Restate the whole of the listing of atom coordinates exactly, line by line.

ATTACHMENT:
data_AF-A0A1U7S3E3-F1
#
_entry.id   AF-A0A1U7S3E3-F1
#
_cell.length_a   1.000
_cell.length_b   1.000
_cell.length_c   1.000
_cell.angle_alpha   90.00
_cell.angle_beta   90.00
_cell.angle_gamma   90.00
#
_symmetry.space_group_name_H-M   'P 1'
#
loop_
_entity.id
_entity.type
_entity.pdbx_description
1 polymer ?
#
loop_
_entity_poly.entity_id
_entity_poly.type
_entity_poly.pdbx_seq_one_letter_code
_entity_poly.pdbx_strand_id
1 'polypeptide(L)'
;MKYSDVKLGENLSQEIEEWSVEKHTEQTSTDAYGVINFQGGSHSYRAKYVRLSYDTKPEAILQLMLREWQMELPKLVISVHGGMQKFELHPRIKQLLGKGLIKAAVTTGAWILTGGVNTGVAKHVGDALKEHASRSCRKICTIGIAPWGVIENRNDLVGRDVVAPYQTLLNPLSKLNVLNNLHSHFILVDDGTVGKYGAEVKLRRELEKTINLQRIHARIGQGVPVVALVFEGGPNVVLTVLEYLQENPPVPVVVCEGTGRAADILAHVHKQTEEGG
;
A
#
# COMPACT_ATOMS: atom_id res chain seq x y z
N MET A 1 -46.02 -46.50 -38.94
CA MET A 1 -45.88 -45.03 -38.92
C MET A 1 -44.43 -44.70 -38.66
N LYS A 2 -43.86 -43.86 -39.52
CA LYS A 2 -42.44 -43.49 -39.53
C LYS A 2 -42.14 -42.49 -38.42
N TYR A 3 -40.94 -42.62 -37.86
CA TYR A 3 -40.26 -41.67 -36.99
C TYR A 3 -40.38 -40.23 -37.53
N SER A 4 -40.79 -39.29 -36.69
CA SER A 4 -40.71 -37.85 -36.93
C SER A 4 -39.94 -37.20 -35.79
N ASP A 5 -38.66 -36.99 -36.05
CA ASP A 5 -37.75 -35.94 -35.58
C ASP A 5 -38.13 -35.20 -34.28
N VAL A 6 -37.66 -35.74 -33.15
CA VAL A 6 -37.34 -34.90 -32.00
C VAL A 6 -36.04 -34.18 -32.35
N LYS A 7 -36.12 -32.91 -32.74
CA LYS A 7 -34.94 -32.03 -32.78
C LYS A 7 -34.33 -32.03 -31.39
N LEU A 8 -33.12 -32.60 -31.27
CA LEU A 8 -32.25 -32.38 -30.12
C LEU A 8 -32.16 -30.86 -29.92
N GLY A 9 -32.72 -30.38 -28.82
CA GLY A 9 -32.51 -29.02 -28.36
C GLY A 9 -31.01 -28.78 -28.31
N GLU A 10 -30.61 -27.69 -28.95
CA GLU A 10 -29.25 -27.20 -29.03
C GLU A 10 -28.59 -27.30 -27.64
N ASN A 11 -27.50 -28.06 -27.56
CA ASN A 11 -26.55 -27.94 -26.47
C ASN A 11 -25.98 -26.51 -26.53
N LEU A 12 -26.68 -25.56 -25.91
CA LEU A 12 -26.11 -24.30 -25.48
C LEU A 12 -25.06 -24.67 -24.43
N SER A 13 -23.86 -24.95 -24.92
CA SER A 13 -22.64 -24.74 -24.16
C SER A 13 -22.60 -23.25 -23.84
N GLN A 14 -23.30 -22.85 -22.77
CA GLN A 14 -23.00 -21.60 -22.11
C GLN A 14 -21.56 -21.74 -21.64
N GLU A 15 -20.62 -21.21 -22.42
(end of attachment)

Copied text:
data_AF-A0A1U7S3E3-F1
#
_entry.id   AF-A0A1U7S3E3-F1
#
_cell.length_a   1.000
_cell.length_b   1.000
_cell.length_c   1.000
_cell.angle_alpha   90.00
_cell.angle_beta   90.00
_cell.angle_gamma   90.00
#
_symmetry.space_group_name_H-M   'P 1'
#
loop_
_entity.id
_entity.type
_entity.pdbx_description
1 polymer ?
#
loop_
_entity_poly.entity_id
_entity_poly.type
_entity_poly.pdbx_seq_one_letter_code
_entity_poly.pdbx_strand_id
1 'polypeptide(L)'
;MKYSDVKLGENLSQEIEEWSVEKHTEQTSTDAYGVINFQGGSHSYRAKYVRLSYDTKPEAILQLMLREWQMELPKLVISVHGGMQKFELHPRIKQLLGKGLIKAAVTTGAWILTGGVNTGVAKHVGDALKEHASRSCRKICTIGIAPWGVIENRNDLVGRDVVAPYQTLLNPLSKLNVLNNLHSHFILVDDGTVGKYGAEVKLRRELEKTINLQRIHARIGQGVPVVALVFEGGPNVVLTVLEYLQENPPVPVVVCEGTGRAADILAHVHKQTEEGG
;
A
#
# COMPACT_ATOMS: atom_id res chain seq x y z
N MET A 1 -46.02 -46.50 -38.94
CA MET A 1 -45.88 -45.03 -38.92
C MET A 1 -44.43 -44.70 -38.66
N LYS A 2 -43.86 -43.86 -39.52
CA LYS A 2 -42.44 -43.49 -39.53
C LYS A 2 -42.14 -42.49 -38.42
N TYR A 3 -40.94 -42.62 -37.86
CA TYR A 3 -40.26 -41.67 -36.99
C TYR A 3 -40.38 -40.23 -37.53
N SER A 4 -40.79 -39.29 -36.69
CA SER A 4 -40.71 -37.85 -36.93
C SER A 4 -39.94 -37.20 -35.79
N ASP A 5 -38.66 -36.99 -36.05
CA ASP A 5 -37.75 -35.94 -35.58
C ASP A 5 -38.13 -35.20 -34.28
N VAL A 6 -37.66 -35.74 -33.15
CA VAL A 6 -37.34 -34.90 -32.00
C VAL A 6 -36.04 -34.18 -32.35
N LYS A 7 -36.12 -32.91 -32.74
CA LYS A 7 -34.94 -32.03 -32.78
C LYS A 7 -34.33 -32.03 -31.39
N LEU A 8 -33.12 -32.60 -31.27
CA LEU A 8 -32.25 -32.38 -30.12
C LEU A 8 -32.16 -30.86 -29.92
N GLY A 9 -32.72 -30.38 -28.82
CA GLY A 9 -32.51 -29.02 -28.36
C GLY A 9 -31.01 -28.78 -28.31
N GLU A 10 -30.61 -27.69 -28.95
CA GLU A 10 -29.25 -27.20 -29.03
C GLU A 10 -28.59 -27.30 -27.64
N ASN A 11 -27.50 -28.06 -27.56
CA ASN A 11 -26.55 -27.94 -26.47
C ASN A 11 -25.98 -26.51 -26.53
N LEU A 12 -26.68 -25.56 -25.91
CA LEU A 12 -26.11 -24.30 -25.48
C LEU A 12 -25.06 -24.67 -24.43
N SER A 13 -23.86 -24.95 -24.92
CA SER A 13 -22.64 -24.74 -24.16
C SER A 13 -22.60 -23.25 -23.84
N GLN A 14 -23.30 -22.85 -22.77
CA GLN A 14 -23.00 -21.60 -22.11
C GLN A 14 -21.56 -21.74 -21.64
N GLU A 15 -20.62 -21.21 -22.42